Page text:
Empowering amputees by helping them to be less dependent on others - after Haiti, after several US military deployments - apparently has become a big issue of sorts.
Some folks are of the firm opinion that amputees really need prostheses in order to be less dependent on other people. For single below elbow amputees that does not sound true at all.
Fitting, maintaining and repairing prostheses requires time, know-how, tools, materials and money - and as prostheses are special equipment, they are time consuming and expensive. So fitting someone with a prosthesis is, first and foremost, making that person dependent on people (specialists) and money (private, insurance, fund, etc.) as well as training. As these issues are problematic in themselves, fighting (for orthopedic technicians to do an at least halfways acceptable job), fighting (for insurance to pay) and fighting (to get the damages repaired or to repair them yourself) are an integral part of this. Furthermore, conventionally fitted prostheses also have the capacity to damage your health (skin, shoulder) - in some ways considerably - so on top of the aforementioned additional dependencies comes the problem of looking out for, catching and then avoiding damages. All in all, prostheses are an art form, prosthetic parts can be regarded as part of our cultural etiquette, they may help to balance back and shoulders, they may look cool (but not necessarily so), they may convey a sense of technology integration and may show that you can manage with a prop, they may display a certain propensity to expensive living and as that they are part of a luxury lifestyle in themselves that we may take as granted but that is technically a luxury nevertheless - but in no way are they simple solutions to make amputees depend less on others. That, in my experience, is really a wrong concept.
So to no surprise, without prosthesis and just using the bare stump, I can dress, undress, put on or take off a wrist watch, clean myself, shave my hair, do laundry, clean the house, cook, prepare meals, cut up fruits or vegetables, open eggs, peel bananas, iron shirts, fold shirts, change bed sheets, carry boxes, refill windshield wiper fluid in the car, ride a train, tram, bike, or drive my car, tie my shoes, tie my swim trunks, clean my glasses or type this text on a standard QWERTY keyboard using 5+1 fingering technique.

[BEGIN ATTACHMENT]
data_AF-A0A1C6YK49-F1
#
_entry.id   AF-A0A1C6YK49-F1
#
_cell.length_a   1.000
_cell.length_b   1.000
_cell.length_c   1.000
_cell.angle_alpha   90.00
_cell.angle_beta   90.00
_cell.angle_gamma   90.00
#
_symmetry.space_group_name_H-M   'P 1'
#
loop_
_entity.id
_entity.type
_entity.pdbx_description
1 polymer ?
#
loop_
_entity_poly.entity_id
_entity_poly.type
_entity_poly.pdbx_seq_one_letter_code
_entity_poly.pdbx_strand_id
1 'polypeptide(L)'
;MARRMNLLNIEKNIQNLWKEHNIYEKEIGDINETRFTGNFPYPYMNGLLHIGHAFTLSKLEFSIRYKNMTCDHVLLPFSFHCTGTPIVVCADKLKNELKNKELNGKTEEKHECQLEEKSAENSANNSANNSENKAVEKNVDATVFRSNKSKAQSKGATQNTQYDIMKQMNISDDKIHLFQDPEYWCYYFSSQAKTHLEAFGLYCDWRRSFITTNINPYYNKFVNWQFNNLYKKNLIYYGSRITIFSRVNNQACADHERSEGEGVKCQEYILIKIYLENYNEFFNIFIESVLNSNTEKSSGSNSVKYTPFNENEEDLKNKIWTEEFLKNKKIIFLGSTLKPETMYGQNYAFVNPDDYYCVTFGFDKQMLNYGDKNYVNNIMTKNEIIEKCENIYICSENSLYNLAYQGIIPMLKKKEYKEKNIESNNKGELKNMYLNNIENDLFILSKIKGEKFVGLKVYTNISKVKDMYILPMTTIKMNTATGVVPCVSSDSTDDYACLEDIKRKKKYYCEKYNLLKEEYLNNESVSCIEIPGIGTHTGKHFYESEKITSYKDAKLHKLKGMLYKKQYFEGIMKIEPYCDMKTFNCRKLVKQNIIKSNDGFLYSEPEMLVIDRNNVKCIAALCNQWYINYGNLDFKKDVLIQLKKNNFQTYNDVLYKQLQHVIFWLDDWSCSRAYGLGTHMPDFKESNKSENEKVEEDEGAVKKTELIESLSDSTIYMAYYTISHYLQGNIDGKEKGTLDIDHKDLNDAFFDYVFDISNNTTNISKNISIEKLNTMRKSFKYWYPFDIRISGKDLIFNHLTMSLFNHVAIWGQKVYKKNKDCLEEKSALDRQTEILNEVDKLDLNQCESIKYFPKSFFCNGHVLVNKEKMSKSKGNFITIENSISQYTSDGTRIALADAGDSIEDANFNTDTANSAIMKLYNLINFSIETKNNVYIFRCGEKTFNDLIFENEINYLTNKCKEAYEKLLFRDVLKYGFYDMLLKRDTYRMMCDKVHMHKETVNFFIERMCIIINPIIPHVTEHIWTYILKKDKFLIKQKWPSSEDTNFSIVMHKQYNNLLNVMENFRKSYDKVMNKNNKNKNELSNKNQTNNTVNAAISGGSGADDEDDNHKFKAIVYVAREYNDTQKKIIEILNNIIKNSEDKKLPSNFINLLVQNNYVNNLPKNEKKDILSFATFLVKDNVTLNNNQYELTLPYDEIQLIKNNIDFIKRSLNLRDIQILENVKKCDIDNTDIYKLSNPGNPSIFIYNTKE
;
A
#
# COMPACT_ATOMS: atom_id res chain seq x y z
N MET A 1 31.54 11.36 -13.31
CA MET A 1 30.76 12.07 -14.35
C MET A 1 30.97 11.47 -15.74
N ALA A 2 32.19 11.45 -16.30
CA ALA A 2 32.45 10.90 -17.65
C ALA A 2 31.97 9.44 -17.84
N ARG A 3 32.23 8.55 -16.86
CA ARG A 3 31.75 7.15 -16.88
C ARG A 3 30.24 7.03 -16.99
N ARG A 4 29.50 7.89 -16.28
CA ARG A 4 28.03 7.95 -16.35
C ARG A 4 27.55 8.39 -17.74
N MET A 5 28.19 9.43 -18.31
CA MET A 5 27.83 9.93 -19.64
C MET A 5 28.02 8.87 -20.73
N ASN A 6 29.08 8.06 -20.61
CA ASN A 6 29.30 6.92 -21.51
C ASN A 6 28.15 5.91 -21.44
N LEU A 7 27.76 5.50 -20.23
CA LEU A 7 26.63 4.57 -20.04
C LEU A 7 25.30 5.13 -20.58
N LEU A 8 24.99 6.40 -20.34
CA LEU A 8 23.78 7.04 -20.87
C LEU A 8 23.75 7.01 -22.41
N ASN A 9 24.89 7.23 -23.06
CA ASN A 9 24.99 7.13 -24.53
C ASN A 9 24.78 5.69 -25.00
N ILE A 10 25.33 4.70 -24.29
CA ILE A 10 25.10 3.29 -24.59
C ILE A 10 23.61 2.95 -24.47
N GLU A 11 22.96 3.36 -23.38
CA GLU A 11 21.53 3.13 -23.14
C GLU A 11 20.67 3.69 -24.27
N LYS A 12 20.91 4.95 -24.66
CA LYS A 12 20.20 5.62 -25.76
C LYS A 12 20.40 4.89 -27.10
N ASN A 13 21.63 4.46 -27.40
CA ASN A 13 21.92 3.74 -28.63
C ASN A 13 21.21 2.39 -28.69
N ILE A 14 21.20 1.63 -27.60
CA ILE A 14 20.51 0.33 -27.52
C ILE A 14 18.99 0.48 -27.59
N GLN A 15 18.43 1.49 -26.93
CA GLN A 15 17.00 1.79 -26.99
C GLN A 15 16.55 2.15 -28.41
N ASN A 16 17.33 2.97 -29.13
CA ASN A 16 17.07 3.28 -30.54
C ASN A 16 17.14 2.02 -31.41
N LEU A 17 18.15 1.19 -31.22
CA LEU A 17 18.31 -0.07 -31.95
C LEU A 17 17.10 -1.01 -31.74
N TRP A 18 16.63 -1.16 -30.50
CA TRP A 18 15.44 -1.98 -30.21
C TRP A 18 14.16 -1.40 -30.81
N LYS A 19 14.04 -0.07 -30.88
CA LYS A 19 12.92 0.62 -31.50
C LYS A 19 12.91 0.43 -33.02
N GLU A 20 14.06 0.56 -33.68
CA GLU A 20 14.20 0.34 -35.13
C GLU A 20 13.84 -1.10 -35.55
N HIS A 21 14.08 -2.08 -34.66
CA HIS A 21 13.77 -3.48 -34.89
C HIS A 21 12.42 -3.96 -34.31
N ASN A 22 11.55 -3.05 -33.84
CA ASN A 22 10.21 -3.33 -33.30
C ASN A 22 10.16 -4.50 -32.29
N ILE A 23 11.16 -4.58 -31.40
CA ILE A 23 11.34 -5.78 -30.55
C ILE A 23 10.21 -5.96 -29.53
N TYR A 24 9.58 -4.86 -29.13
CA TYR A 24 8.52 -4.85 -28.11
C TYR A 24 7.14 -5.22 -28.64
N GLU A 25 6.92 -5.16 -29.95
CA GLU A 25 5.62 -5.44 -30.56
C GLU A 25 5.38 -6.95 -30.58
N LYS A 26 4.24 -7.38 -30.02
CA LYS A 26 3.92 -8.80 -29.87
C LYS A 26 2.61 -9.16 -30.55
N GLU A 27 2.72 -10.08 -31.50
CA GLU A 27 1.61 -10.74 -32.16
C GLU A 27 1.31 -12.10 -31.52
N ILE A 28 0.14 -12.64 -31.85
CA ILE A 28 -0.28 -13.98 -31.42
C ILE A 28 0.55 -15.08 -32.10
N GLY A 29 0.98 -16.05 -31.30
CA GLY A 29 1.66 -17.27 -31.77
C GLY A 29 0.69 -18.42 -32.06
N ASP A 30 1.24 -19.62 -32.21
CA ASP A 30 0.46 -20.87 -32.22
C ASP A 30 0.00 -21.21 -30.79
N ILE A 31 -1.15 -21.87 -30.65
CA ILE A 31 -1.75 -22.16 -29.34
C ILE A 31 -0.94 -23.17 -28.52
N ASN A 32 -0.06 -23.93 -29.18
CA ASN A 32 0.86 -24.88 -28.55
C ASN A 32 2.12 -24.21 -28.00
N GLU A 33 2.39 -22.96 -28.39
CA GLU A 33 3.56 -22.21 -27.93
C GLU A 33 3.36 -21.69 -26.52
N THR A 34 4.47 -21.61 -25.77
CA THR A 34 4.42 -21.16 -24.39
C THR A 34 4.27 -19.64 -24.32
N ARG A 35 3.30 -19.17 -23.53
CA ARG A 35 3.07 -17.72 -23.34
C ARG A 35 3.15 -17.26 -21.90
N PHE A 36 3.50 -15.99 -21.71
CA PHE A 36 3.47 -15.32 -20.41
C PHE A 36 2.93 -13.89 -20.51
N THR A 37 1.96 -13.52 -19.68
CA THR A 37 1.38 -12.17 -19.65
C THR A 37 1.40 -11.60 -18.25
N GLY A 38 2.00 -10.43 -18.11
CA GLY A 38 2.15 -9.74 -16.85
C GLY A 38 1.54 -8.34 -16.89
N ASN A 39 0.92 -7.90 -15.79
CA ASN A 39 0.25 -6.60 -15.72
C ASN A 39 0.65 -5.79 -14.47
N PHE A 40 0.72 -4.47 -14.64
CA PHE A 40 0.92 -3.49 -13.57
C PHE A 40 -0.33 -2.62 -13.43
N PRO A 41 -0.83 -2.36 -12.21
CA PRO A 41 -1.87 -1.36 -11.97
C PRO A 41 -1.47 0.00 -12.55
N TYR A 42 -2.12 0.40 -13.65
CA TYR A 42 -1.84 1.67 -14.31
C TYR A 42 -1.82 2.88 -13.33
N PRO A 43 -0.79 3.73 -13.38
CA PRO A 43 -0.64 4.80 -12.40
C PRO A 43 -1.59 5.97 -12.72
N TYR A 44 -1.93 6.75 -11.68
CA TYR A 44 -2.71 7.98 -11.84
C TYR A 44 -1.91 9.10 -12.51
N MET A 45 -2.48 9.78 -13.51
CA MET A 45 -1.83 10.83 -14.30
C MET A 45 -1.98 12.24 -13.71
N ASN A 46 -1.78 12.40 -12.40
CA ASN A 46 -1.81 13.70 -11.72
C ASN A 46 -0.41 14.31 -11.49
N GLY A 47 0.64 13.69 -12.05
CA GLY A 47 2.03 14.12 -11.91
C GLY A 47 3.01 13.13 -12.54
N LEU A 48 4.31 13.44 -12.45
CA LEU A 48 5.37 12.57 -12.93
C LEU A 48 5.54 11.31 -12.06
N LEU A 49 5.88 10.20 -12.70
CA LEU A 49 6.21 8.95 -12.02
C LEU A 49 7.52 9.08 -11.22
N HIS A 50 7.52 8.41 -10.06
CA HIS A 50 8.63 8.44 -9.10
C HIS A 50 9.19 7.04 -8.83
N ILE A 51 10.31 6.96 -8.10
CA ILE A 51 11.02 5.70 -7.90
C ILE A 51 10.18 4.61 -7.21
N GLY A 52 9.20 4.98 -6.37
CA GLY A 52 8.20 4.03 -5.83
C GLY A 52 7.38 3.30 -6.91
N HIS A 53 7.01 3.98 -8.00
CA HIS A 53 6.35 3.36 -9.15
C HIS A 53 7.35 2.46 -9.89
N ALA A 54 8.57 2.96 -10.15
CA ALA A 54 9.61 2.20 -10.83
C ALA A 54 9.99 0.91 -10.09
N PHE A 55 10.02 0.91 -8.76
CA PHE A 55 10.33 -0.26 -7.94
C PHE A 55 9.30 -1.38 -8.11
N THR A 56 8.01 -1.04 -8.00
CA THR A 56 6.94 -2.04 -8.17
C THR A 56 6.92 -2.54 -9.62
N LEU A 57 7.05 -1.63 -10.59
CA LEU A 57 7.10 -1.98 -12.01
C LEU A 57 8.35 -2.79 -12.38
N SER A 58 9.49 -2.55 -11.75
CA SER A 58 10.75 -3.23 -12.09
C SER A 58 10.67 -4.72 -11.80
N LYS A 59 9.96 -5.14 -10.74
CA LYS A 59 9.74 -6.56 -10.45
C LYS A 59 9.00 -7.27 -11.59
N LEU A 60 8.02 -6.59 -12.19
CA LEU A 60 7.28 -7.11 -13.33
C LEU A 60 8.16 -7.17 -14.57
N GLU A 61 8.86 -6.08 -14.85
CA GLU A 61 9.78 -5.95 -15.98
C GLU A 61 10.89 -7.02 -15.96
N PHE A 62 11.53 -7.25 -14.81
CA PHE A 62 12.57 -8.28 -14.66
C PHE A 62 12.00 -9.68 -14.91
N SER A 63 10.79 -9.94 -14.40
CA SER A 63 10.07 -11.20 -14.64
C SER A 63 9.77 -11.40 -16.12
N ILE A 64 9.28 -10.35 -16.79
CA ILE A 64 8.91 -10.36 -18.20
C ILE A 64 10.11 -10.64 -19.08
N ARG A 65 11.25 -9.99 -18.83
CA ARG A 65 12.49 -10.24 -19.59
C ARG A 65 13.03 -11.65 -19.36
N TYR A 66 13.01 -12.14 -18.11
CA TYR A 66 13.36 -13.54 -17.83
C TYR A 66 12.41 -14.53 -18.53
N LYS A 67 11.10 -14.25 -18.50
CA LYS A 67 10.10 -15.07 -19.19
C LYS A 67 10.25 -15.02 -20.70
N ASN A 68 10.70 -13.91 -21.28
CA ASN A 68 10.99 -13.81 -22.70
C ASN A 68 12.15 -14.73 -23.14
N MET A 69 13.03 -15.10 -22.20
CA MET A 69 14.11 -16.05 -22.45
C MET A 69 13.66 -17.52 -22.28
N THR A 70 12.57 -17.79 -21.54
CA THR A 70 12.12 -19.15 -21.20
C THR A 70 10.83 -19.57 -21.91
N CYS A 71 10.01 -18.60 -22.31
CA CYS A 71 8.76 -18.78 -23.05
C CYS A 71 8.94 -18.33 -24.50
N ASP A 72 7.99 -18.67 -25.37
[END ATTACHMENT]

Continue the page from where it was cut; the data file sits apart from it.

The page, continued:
To make a prosthetic arm able to pull and handle real weight, the arm needs to fit properly. For that, anatomically perfect fitting using some liner and pin lock as well as a tight socket is required - to use straps and bars will not be sufficient for that. - To enable a prosthetic arm to offer massive grip power, a useful gripping device, technically perfect cable setup and technically sound shoulder harness systems are needed. Most setups sold commercially do not at all contain these properties. - To allow for daily usage and proper training, the arm needs to be really robust and light weight. As far as I know, commercial options these days are not suited to this requirement. Of course one can fake performance on any 30 second video - but real performance over 2-3 years or more require what I just outlined. And certified prosthetic technicians may not even be able to deliver that which is probably why they need to lobby so much.
What really empowers amputees and helps them to be less dependent are ways to live without prostheses. All that is needed for that is proper technique, proper attitude. Here is a convincing demonstration that this is a non-negotiable fact and in fact I am right about this. An armless guy is checking the brakes on his car, using proper technique and proper standard tools. That is what I call proper perception of empowerment.
Watch this man do the works and explain the steps as he goes along:
This is a guy showing off a series of Parkour jumps and climbs - perfectly well, not wearing a prosthetic arm.